Pulse nightclub shooter's wife to stand trial in Orlando

The wife of Omar Mateen, the gunman who killed 49 people at an Orlando nightclub last year in the name of ISIS, will stand trial in the Florida city, a judge ordered Wednesday.

Noor Salman’s attorneys had filed a motion in September to have her trial moved to another city, claiming that media coverage of her husband’s attack and remarks from Orlando Police Chief John Mina wouldn’t allow her to have a fair trial, according to WESH.

Salman has been charged with providing material support to a terror organization and obstruction of justice, the Orlando Sentinel reported.

Salman’s husband, Mateen, killed 49 people and wounded almost 70 others when he opened fire at Pulse nightclub on June 12, 2016 in one of the deadliest mass shootings in U.S. history.

The gay bar on the night of the shooting was packed with more than 300 people. Mateen called 911 when he was pulling off the attack to pledge his allegiance to ISIS, and was shouting “Allahu akbar” while engaging officers, law enforcement sources told Fox News around the time of the attack.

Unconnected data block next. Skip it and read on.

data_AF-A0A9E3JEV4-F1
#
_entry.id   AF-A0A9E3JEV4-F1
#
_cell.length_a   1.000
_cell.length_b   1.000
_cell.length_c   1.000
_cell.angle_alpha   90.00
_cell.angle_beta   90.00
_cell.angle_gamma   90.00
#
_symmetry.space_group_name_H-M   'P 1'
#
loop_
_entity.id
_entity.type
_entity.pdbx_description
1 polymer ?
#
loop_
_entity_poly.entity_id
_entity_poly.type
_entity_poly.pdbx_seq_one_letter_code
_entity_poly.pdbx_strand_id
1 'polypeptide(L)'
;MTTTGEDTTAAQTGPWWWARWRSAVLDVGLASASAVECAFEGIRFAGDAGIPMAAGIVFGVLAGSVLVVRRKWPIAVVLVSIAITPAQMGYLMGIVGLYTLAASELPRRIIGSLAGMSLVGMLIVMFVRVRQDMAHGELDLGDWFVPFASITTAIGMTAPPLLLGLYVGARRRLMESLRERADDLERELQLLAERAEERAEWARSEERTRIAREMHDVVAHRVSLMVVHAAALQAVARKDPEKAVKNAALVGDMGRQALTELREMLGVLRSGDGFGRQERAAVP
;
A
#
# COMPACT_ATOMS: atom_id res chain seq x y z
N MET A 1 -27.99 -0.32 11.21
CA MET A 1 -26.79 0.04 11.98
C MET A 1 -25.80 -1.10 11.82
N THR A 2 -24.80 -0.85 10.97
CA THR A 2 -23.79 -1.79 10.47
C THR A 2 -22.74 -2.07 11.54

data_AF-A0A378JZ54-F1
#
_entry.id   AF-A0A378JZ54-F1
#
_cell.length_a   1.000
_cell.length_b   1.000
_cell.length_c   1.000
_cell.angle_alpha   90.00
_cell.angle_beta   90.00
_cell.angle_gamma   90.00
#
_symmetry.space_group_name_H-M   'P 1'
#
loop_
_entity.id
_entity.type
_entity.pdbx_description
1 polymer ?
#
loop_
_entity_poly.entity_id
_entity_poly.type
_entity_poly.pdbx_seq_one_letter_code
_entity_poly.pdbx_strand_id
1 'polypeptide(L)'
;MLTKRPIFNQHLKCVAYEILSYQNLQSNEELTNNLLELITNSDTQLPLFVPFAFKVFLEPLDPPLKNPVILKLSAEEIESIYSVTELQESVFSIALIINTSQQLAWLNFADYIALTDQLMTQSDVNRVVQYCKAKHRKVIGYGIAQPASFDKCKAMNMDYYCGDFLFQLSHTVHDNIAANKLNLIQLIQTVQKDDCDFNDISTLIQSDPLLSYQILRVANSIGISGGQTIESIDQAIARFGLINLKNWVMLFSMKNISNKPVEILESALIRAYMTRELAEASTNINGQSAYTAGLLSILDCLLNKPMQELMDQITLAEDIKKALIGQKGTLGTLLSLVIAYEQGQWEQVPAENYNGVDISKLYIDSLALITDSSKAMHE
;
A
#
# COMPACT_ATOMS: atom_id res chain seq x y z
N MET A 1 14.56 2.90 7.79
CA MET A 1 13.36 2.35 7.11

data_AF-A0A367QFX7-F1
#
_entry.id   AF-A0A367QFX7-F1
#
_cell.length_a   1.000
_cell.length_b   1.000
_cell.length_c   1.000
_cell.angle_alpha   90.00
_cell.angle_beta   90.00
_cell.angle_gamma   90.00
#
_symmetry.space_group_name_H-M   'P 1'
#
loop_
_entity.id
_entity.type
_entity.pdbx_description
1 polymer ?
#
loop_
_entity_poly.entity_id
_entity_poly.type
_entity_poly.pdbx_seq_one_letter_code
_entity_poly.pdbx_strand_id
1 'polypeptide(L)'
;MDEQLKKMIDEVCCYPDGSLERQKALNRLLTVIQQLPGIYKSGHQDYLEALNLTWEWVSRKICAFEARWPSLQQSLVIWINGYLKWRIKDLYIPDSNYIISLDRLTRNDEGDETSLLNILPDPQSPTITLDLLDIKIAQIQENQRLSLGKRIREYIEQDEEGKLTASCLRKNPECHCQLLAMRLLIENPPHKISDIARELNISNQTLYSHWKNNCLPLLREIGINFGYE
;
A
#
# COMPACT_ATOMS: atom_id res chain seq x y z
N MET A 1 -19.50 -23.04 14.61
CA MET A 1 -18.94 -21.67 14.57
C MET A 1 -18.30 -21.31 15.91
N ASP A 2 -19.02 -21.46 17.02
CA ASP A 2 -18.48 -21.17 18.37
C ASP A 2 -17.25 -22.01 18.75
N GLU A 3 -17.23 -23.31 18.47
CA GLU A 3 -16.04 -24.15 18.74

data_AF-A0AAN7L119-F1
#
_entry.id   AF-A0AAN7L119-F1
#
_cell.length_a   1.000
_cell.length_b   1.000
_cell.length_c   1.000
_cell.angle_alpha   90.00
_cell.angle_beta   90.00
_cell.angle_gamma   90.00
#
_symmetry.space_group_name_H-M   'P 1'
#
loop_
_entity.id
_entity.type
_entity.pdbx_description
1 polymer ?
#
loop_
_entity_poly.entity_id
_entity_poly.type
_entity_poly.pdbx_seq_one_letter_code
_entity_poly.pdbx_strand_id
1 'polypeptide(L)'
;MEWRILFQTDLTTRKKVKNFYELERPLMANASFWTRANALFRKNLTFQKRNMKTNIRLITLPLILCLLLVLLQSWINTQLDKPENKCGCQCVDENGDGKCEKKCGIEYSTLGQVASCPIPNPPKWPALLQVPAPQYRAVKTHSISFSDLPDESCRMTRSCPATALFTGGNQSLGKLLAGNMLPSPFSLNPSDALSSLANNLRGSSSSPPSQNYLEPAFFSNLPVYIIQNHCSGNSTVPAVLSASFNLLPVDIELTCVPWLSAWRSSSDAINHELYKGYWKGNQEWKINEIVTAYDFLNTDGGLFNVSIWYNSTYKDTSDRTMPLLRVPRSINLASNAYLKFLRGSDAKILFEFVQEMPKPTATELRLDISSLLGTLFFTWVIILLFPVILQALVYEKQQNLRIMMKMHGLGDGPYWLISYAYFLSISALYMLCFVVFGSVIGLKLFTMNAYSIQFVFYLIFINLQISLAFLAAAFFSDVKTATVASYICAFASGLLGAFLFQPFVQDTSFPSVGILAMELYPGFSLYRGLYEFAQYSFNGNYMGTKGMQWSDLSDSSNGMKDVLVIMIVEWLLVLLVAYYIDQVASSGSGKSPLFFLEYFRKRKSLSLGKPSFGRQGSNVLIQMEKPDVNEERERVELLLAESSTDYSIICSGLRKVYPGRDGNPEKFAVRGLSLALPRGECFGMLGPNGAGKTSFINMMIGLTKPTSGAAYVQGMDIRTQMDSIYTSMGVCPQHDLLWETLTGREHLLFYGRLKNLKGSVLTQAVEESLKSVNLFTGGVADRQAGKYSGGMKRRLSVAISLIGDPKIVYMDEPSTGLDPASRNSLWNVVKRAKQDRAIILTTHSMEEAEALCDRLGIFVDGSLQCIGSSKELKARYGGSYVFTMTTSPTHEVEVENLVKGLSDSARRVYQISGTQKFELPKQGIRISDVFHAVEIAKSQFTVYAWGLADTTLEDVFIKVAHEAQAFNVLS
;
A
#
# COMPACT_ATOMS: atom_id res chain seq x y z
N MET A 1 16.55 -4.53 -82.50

Salman knew about her husband's plan before the shooting and how he pledged allegiance to the Islamic State terror group, prosecutors said. She shopped with her husband the night before the attack when he bought five containers of ammunition, a source close to the investigation told Fox News.

A guest strolls through the parking lot outside the Pulse Nightclub on the one year anniversary of the shooting, in Orlando, Florida, U.S., June 12, 2017. REUTERS/Scott Audette - RC1C81D7DF00

Prosecutors have said Salman knew about her husband's plan to attack Pulse nightclub before the mass shooting occurred.  (AP Photo)

The motion filed for Salman, according to the Sentinel, cited remarks made by the police chief, one of which said: “I am glad to see that Omar Mateen’s wife has been charged with aiding her husband in the commission of the brutal attack on the Pulse nightclub.”

PULSE NIGHTCLUB SHOOTING: 49 VICTIMS REMEBERED ONE YEAR LATER

The statement stems from comments Mina made when Salman was arrested in January. He said her arrest provides “some relief in knowing that someone will be held accountable for that horrific crime.”

The judge’s order quoted a U.S. Supreme Court ruling which said, “prominence of media coverage does not necessarily produce prejudicing and juror impartiality does not require ignorance,” WESH reported.

Salman’s trial is scheduled for March 1.

Nicole Darrah covers breaking and trending news for FoxNews.com. Follow her on Twitter @nicoledarrah.